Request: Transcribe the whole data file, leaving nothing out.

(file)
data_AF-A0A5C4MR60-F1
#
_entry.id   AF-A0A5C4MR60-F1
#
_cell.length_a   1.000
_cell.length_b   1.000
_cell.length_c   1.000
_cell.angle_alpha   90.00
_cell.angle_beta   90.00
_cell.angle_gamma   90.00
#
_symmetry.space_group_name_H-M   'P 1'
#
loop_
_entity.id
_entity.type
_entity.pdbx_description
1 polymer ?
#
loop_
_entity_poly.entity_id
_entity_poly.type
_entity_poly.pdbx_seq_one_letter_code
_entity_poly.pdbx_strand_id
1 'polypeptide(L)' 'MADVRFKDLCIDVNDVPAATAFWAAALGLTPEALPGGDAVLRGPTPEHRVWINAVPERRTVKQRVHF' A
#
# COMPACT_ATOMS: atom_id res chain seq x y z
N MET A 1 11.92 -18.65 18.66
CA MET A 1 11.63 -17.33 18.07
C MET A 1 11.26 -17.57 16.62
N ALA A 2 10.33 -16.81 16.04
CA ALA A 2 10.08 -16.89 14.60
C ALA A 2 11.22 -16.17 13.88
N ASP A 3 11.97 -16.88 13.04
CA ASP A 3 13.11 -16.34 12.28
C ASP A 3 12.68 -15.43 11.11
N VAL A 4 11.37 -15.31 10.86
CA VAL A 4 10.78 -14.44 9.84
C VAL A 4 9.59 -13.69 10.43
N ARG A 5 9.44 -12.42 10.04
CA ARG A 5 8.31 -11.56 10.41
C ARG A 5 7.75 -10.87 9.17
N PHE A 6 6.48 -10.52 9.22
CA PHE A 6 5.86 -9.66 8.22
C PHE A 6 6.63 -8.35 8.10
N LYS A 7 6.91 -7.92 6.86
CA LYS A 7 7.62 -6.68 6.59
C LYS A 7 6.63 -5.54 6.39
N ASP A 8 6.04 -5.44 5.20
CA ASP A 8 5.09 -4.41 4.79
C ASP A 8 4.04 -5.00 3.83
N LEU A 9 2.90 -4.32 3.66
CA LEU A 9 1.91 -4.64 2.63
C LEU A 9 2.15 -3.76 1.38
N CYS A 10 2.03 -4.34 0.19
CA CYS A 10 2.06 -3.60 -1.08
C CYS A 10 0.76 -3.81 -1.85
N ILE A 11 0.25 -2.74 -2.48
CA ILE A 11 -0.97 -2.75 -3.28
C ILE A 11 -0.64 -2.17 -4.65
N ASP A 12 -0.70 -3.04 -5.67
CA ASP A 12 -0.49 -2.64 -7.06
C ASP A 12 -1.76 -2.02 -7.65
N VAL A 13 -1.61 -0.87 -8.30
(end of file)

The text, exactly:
data_AF-A0A5C4MR60-F1
#
_entry.id   AF-A0A5C4MR60-F1
#
_cell.length_a   1.000
_cell.length_b   1.000
_cell.length_c   1.000
_cell.angle_alpha   90.00
_cell.angle_beta   90.00
_cell.angle_gamma   90.00
#
_symmetry.space_group_name_H-M   'P 1'
#
loop_
_entity.id
_entity.type
_entity.pdbx_description
1 polymer ?
#
loop_
_entity_poly.entity_id
_entity_poly.type
_entity_poly.pdbx_seq_one_letter_code
_entity_poly.pdbx_strand_id
1 'polypeptide(L)' 'MADVRFKDLCIDVNDVPAATAFWAAALGLTPEALPGGDAVLRGPTPEHRVWINAVPERRTVKQRVHF' A
#
# COMPACT_ATOMS: atom_id res chain seq x y z
N MET A 1 11.92 -18.65 18.66
CA MET A 1 11.63 -17.33 18.07
C MET A 1 11.26 -17.57 16.62
N ALA A 2 10.33 -16.81 16.04
CA ALA A 2 10.08 -16.89 14.60
C ALA A 2 11.22 -16.17 13.88
N ASP A 3 11.97 -16.88 13.04
CA ASP A 3 13.11 -16.34 12.28
C ASP A 3 12.68 -15.43 11.11
N VAL A 4 11.37 -15.31 10.86
CA VAL A 4 10.78 -14.44 9.84
C VAL A 4 9.59 -13.69 10.43
N ARG A 5 9.44 -12.42 10.04
CA ARG A 5 8.31 -11.56 10.41
C ARG A 5 7.75 -10.87 9.17
N PHE A 6 6.48 -10.52 9.22
CA PHE A 6 5.86 -9.66 8.22
C PHE A 6 6.63 -8.35 8.10
N LYS A 7 6.91 -7.92 6.86
CA LYS A 7 7.62 -6.68 6.59
C LYS A 7 6.63 -5.54 6.39
N ASP A 8 6.04 -5.44 5.20
CA ASP A 8 5.09 -4.41 4.79
C ASP A 8 4.04 -5.00 3.83
N LEU A 9 2.90 -4.32 3.66
CA LEU A 9 1.91 -4.64 2.63
C LEU A 9 2.15 -3.76 1.38
N CYS A 10 2.03 -4.34 0.19
CA CYS A 10 2.06 -3.60 -1.08
C CYS A 10 0.76 -3.81 -1.85
N ILE A 11 0.25 -2.74 -2.48
CA ILE A 11 -0.97 -2.75 -3.28
C ILE A 11 -0.64 -2.17 -4.65
N ASP A 12 -0.70 -3.04 -5.67
CA ASP A 12 -0.49 -2.64 -7.06
C ASP A 12 -1.76 -2.02 -7.65
N VAL A 13 -1.61 -0.87 -8.30